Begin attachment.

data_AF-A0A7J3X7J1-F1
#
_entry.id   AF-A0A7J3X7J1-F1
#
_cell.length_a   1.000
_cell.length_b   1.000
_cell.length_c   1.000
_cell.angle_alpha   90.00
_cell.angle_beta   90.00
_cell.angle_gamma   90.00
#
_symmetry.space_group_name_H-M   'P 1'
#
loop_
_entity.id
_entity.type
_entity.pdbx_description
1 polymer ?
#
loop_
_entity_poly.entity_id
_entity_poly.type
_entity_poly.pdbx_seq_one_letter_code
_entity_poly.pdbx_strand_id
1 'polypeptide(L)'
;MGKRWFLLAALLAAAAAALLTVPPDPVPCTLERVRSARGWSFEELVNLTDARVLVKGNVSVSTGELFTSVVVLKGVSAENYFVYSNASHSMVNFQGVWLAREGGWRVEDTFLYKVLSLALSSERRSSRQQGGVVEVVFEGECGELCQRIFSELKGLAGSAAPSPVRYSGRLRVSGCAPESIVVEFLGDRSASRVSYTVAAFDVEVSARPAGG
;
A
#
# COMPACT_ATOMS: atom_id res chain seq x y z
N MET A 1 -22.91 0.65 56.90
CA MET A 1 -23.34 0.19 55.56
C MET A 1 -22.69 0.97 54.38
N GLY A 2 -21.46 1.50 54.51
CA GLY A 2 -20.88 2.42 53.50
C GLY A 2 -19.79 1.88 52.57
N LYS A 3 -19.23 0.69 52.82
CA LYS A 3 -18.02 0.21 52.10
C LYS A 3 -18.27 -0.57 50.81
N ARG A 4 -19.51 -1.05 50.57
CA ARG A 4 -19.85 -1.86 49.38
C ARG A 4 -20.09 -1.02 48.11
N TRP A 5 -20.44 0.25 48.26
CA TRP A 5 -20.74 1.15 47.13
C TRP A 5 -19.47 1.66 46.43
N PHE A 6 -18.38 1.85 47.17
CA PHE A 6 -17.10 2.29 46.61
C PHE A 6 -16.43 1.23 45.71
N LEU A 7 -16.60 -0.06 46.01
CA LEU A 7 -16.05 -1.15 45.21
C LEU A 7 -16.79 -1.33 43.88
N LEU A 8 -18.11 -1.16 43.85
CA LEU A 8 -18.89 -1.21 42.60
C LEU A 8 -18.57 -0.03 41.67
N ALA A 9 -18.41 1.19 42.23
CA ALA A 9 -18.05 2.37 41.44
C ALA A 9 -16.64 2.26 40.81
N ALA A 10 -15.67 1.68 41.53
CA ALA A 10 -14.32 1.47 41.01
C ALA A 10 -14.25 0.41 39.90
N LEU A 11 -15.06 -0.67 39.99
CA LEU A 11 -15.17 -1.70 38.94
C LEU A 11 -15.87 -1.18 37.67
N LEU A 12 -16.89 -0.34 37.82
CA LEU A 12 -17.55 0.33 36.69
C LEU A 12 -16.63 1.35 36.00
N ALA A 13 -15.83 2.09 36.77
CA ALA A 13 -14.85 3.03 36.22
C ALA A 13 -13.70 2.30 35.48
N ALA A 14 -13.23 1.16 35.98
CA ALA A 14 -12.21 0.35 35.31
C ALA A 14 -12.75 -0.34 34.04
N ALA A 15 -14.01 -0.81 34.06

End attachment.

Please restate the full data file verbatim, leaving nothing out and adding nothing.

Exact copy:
data_AF-A0A7J3X7J1-F1
#
_entry.id   AF-A0A7J3X7J1-F1
#
_cell.length_a   1.000
_cell.length_b   1.000
_cell.length_c   1.000
_cell.angle_alpha   90.00
_cell.angle_beta   90.00
_cell.angle_gamma   90.00
#
_symmetry.space_group_name_H-M   'P 1'
#
loop_
_entity.id
_entity.type
_entity.pdbx_description
1 polymer ?
#
loop_
_entity_poly.entity_id
_entity_poly.type
_entity_poly.pdbx_seq_one_letter_code
_entity_poly.pdbx_strand_id
1 'polypeptide(L)'
;MGKRWFLLAALLAAAAAALLTVPPDPVPCTLERVRSARGWSFEELVNLTDARVLVKGNVSVSTGELFTSVVVLKGVSAENYFVYSNASHSMVNFQGVWLAREGGWRVEDTFLYKVLSLALSSERRSSRQQGGVVEVVFEGECGELCQRIFSELKGLAGSAAPSPVRYSGRLRVSGCAPESIVVEFLGDRSASRVSYTVAAFDVEVSARPAGG
;
A
#
# COMPACT_ATOMS: atom_id res chain seq x y z
N MET A 1 -22.91 0.65 56.90
CA MET A 1 -23.34 0.19 55.56
C MET A 1 -22.69 0.97 54.38
N GLY A 2 -21.46 1.50 54.51
CA GLY A 2 -20.88 2.42 53.50
C GLY A 2 -19.79 1.88 52.57
N LYS A 3 -19.23 0.69 52.82
CA LYS A 3 -18.02 0.21 52.10
C LYS A 3 -18.27 -0.57 50.81
N ARG A 4 -19.51 -1.05 50.57
CA ARG A 4 -19.85 -1.86 49.38
C ARG A 4 -20.09 -1.02 48.11
N TRP A 5 -20.44 0.25 48.26
CA TRP A 5 -20.74 1.15 47.13
C TRP A 5 -19.47 1.66 46.43
N PHE A 6 -18.38 1.85 47.17
CA PHE A 6 -17.10 2.29 46.61
C PHE A 6 -16.43 1.23 45.71
N LEU A 7 -16.60 -0.06 46.01
CA LEU A 7 -16.05 -1.15 45.21
C LEU A 7 -16.79 -1.33 43.88
N LEU A 8 -18.11 -1.16 43.85
CA LEU A 8 -18.89 -1.21 42.60
C LEU A 8 -18.57 -0.03 41.67
N ALA A 9 -18.41 1.19 42.23
CA ALA A 9 -18.05 2.37 41.44
C ALA A 9 -16.64 2.26 40.81
N ALA A 10 -15.67 1.68 41.53
CA ALA A 10 -14.32 1.47 41.01
C ALA A 10 -14.25 0.41 39.90
N LEU A 11 -15.06 -0.67 39.99
CA LEU A 11 -15.17 -1.70 38.94
C LEU A 11 -15.87 -1.18 37.67
N LEU A 12 -16.89 -0.34 37.82
CA LEU A 12 -17.55 0.33 36.69
C LEU A 12 -16.63 1.35 36.00
N ALA A 13 -15.83 2.09 36.77
CA ALA A 13 -14.85 3.03 36.22
C ALA A 13 -13.70 2.30 35.48
N ALA A 14 -13.23 1.16 35.98
CA ALA A 14 -12.21 0.35 35.31
C ALA A 14 -12.75 -0.34 34.04
N ALA A 15 -14.01 -0.81 34.06